You know all those hours you log in at the gym and the small fortune you're dropping on skin cream? If you're not taking care of your hands, you're still spilling the beans on just how many candles will be burning on your next birthday cake.
"Hands not only are susceptible to the first signs of aging, but very often age even faster than the face," says Ellen Marmur, MD, chief of dermatological and cosmetic surgery at Mount Sinai Medical Center in New York City. That's because the skin on the back of the hand is much thinner than that on your face.
"There is very little fat on the backs of the hands, so when even a small amount of collagen or elastin fibers begins to break down -- which is part of the normal aging process and partly from sun exposure -- it's going to have a noticeable impact on your hands," says Gregory Buford, MD, a Denver plastic surgeon.
The end result, say experts, is wrinkly, crinkly crepe-like skin texture and the noticeable appearance of bulging veins, which also grow larger over time.
"Depending on how much sun exposure you had as a child and young adult, aging also brings out brown spots, known as liver spots -- pigmentation problems that give away your age," says dermatologist David Goldberg, MD, director of Skin Laser & Surgery Specialists of New York and New Jersey.
But you don't have to throw up your hands and give in without a fight. WebMD asked medical experts for top strategies to turn back the clock on your mitts, from pumped-up pampering at home to the latest developments in professional treatments.
Home Skin Care for Your Hands
If you're like many women, your at-home hand care is limited to using dishwashing detergent with moisturizer and maybe a drugstore hand cream now and then. But experts say with just a bit more effort, you can improve the appearance of your hands right now -- and 20 years from now. "There are certainly products and key ingredients that can make a temporary difference in how your hands look, and there are some exciting advances that could help make a real difference in your skin," says Goldberg.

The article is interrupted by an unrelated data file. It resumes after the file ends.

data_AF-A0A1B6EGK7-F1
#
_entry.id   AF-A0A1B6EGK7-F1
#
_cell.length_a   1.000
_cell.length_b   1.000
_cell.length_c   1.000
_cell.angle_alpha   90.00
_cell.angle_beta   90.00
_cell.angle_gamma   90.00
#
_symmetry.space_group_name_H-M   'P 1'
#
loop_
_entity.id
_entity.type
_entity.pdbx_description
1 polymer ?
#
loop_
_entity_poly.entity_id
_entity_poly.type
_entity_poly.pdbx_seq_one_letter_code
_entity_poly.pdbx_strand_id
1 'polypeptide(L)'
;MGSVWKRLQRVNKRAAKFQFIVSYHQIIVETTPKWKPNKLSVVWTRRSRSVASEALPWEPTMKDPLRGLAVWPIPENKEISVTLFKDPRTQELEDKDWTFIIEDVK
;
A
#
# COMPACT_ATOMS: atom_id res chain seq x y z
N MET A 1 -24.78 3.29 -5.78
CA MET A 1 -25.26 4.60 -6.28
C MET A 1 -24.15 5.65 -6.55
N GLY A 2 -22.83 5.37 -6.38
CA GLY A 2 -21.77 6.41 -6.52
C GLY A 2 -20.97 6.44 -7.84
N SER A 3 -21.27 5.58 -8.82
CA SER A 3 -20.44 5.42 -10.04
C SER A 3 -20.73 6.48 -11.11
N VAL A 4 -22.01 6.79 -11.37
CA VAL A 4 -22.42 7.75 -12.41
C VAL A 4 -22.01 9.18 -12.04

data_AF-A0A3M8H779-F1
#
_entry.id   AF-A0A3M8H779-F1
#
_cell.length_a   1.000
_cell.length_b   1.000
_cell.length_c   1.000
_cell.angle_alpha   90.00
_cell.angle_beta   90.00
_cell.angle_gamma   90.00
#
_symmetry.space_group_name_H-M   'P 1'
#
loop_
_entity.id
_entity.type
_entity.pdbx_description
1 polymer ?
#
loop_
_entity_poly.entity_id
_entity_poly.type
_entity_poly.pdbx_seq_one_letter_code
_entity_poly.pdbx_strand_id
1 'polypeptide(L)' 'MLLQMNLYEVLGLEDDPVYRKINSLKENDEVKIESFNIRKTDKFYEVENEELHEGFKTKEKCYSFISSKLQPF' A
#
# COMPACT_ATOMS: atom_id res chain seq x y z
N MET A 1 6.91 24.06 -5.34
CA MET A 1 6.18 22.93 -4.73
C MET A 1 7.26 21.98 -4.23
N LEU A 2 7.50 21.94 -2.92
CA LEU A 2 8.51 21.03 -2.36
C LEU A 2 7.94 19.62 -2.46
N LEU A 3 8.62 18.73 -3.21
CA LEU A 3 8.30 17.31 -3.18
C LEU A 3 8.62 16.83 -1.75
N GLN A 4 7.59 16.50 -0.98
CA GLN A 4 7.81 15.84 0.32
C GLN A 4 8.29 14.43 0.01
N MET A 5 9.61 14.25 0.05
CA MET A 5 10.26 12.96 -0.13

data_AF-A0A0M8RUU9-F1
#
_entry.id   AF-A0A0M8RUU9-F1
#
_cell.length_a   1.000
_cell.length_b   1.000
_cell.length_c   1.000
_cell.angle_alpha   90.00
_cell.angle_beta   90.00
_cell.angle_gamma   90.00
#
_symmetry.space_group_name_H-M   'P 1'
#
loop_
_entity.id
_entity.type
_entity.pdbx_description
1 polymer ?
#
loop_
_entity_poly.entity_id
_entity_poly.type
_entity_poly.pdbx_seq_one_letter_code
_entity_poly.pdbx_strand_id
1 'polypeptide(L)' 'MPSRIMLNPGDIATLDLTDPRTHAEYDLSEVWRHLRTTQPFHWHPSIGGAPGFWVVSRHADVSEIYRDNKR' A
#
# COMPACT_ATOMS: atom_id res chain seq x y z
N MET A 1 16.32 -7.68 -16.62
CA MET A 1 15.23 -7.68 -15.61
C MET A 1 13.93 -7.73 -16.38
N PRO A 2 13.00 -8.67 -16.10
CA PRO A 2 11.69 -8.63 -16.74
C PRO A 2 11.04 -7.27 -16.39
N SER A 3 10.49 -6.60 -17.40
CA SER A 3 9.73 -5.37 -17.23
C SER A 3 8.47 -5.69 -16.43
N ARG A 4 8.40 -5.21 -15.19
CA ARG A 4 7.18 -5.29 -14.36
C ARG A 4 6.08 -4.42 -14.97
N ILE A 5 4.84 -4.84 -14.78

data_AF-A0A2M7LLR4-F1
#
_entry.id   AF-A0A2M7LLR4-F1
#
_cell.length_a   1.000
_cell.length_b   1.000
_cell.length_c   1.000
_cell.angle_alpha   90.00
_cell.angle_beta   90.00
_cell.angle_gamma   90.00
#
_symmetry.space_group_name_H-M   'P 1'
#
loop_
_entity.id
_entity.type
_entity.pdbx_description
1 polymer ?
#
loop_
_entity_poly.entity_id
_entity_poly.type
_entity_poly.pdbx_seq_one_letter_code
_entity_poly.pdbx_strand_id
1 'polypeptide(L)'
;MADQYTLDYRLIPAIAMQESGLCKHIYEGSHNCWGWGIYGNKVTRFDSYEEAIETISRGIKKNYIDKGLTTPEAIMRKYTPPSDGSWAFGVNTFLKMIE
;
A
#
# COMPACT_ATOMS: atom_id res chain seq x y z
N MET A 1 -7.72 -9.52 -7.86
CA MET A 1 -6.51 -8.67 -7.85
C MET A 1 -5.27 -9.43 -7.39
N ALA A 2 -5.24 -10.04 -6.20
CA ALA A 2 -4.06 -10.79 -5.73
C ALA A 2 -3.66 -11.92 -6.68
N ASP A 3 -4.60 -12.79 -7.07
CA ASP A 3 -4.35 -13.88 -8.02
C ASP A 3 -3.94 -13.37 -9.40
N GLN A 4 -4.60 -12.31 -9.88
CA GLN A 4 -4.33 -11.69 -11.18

Cream of the Crop
Among the newest advances are creams containing growth factors, mostly derived from plants. "These are creams that appear to promote new collagen formation -- you're not going to get what you would with a [medical treatment], but it's not a bad idea to begin using these creams every night starting at around age 40," says Goldberg.
Science backs this up. One recent study, published in Journal of Drugs in Dermatology in 2007, reported 83% of women between ages 35 and 65 who tried creams containing growth factors found improvement in their hand wrinkles after just 60 days. Creams containing growth factors include:
- Regeniskin (50 mL/$29.95)
- SyCream by Syprex (2 oz/$39.50)
- Neocutis Bio-restorative Skin Cream (50 mL/$120)
- SkinMedica TNS Recovery Complex (1 oz each of cream and serum/$185)